The secret future of writing

I don’t know if you caught the BBC 4 series ‘The Secret History of Writing’ but if you didn’t it is worth catching up online. It is another example of the excellent output of the channel and highlights the shame that it is now under threat.

The third programme in the series featured Chinese artist Xu Bing and his novel ‘Book from the Ground: From Point-to-Point’ The story tells of a day in the life of a worker in a major city and is written entirely in emoticons and symbols. It allows people to read the book in whatever their natgive language is, a sort of pictorial Esperanto, allowing truly international communication. 

I was taken back to Thinking Digital 2018 and the excellent talk by Sarah Wiseman, Lecturer of Computer Science at Goldsmiths, University of London. In her talk ‘Why does [pizza] mean “I love you?”’she told us about the rise of emojis in social media and how they are not always used in the way that they were intended. It was a very funny and enlightening presentation.

I understand that heiroglyphics and charecter writing have been around for milenia yet Bing and Wiseman’s work take such an approach to writing to something new, a genuine attempt to have a unverisal global writing system. Will it take off? Yes, eventually.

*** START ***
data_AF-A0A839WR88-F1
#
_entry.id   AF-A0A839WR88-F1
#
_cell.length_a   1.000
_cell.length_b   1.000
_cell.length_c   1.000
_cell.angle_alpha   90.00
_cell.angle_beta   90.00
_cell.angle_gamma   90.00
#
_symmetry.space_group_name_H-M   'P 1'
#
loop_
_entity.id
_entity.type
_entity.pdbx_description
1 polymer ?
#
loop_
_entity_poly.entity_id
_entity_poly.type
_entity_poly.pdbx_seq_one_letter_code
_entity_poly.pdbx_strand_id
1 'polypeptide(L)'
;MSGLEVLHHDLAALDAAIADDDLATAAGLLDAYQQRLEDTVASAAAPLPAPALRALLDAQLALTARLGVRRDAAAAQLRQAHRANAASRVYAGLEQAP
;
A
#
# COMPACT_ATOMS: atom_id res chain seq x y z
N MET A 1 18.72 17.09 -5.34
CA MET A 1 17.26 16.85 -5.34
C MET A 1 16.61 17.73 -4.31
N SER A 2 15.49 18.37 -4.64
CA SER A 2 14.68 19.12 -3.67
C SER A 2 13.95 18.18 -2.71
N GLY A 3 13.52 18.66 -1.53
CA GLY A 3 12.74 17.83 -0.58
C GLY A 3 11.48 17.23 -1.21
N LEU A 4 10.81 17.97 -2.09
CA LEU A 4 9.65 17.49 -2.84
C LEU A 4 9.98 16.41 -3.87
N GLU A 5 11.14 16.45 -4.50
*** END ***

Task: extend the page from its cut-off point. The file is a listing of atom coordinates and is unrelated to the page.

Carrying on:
Anyway, in the spirit of the times, I had started to try and write a story in emoijs after Thinking Digital 2018. I didn’t get very far.




📅 👁️‍🗨️👔 🇦🇱🕯️🏰 



Translation: Hello my name is Phil Jackman. I live in Newcastle England. I work in IT. At the moment I am working at Alnwick castle. Everyone is very nice. The families like the wizards and clowns.

Leave a Reply

Fill in your details below or click an icon to log in: Logo

You are commenting using your account. Log Out /  Change )

Twitter picture

You are commenting using your Twitter account. Log Out /  Change )

Facebook photo

You are commenting using your Facebook account. Log Out /  Change )

Connecting to %s